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Striking a chord in students

Serena Josephine. M
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‘Villu paatu' replaces blackboard and textbook to teach Tamil lesson on Avviyar

FOLKSY STRINGS: STRINGS Students of Panchayat Union Primary School at Koyankollai near Natrampalli learn a Tamil lesson through the villu paatu.
FOLKSY STRINGS: STRINGS Students of Panchayat Union Primary School at Koyankollai near Natrampalli learn a Tamil lesson through the villu paatu.

Class IV students of Panchayat Union Primary School at Koyankollai near Natrampalli get ready for a Tamil lesson on poet Avvaiyar. But instead of the blackboard and textbook, they learn the poet's sayings through one of the oldest folk art forms of Tamil Nadu – the ‘villu paatu'.

As Reena, a student, leads the choir narrating a story through the ‘villu paatu', the teacher K. Anitha and other students join in chorus repeating lines after her giving a new dimension to activity-based learning in the school.

In fact, the students of this school having been learning important lessons in Science, Tamil and Social Science subjects through folk arts. Thanks to the efforts of the school headmaster S. Saravanan, a folk artist himself, who introduced the students to various folk arts including oyilattam, karagattam, kollatam, villu paatu and boomalattam.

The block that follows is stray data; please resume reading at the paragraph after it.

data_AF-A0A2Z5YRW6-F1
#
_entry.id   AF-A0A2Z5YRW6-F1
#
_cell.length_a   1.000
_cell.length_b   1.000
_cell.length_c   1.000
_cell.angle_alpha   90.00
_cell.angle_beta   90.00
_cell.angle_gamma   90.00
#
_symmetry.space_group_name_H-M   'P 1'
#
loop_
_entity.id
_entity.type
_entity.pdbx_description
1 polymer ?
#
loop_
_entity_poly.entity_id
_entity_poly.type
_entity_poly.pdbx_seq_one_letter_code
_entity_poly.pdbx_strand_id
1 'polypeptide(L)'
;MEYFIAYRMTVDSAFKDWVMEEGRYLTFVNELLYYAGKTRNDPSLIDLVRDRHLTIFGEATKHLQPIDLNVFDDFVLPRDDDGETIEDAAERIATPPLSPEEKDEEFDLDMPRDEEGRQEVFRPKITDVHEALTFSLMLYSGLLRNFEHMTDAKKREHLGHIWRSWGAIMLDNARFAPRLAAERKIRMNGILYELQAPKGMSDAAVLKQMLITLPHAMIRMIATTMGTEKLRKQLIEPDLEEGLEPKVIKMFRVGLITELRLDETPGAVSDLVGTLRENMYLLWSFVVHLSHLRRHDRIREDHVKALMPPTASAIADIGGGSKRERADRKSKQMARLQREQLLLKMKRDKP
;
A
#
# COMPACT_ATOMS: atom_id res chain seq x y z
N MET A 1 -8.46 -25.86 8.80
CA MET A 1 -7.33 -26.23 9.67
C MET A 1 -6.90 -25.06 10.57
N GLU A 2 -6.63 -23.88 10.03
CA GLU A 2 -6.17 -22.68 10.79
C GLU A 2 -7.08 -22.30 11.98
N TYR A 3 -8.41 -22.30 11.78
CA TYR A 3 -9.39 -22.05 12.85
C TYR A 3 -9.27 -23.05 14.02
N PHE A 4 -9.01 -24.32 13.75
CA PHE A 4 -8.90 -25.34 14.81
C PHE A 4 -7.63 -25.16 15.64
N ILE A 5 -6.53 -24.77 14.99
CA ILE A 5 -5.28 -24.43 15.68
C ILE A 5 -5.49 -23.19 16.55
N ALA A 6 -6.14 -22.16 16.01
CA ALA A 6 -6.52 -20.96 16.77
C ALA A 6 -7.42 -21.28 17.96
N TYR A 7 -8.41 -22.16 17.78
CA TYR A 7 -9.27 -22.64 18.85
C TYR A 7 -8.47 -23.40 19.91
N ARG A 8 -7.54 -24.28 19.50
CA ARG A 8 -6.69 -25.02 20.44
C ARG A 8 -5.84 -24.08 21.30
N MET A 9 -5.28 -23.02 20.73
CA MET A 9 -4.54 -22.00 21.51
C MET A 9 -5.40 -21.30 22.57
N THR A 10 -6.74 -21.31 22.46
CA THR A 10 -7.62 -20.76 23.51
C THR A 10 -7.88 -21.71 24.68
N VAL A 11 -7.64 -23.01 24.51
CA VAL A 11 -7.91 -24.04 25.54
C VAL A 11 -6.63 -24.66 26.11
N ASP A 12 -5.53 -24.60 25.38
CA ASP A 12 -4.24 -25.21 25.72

“We take important lessons in these subjects and write songs. These songs are taught to the students through folk arts. For instance, we have prepared songs on lessons on local body, assembly, global warming and women's education and taught the students through oyilattam and villu paatu. They show great interest in learning the songs and this makes understanding the lessons easy for them, giving no space for memorisation,” said Mr. Saravanan.

The two teachers of the school – Anitha and M. Vijayakumar – evinced interest in teaching the students using folk arts as a medium, he added. V. Palani, a parent and president of the schools' maintenance committee is happy that his children do well in academics and attributes their performance to this method of learning. “They keep singing these songs on the road while returning from school and also at home,” he said.

Turning a lesson on personal hygiene into a song, the headmaster made it very clear to the students on the importance of washing hands before eating and preventing water borne diseases, while another song on women's education narrated how women have achieved in various fields. An enthusiastic Reena taps on the ‘villu' narrating a story on the sayings of Tamil poet Avvaiyar. “I learned the song and can understand the poet's sayings easily. We enjoy our classes,” she said. Not just villu paatu, the teachers have also converted Tamil lessons with dialogues into a puppetry show thereby making comprehending easy for students. “For puppetry, we give parts to the students. Through this, they learn the dialogues in the lessons easily. We take the concept of the lessons, write songs in the villu paatu structure and teach it to the students,” said Anitha, a teacher. Vijayakumar, another teacher, said that teaching and learning through the folk arts has resulted in better academic performance of the students.

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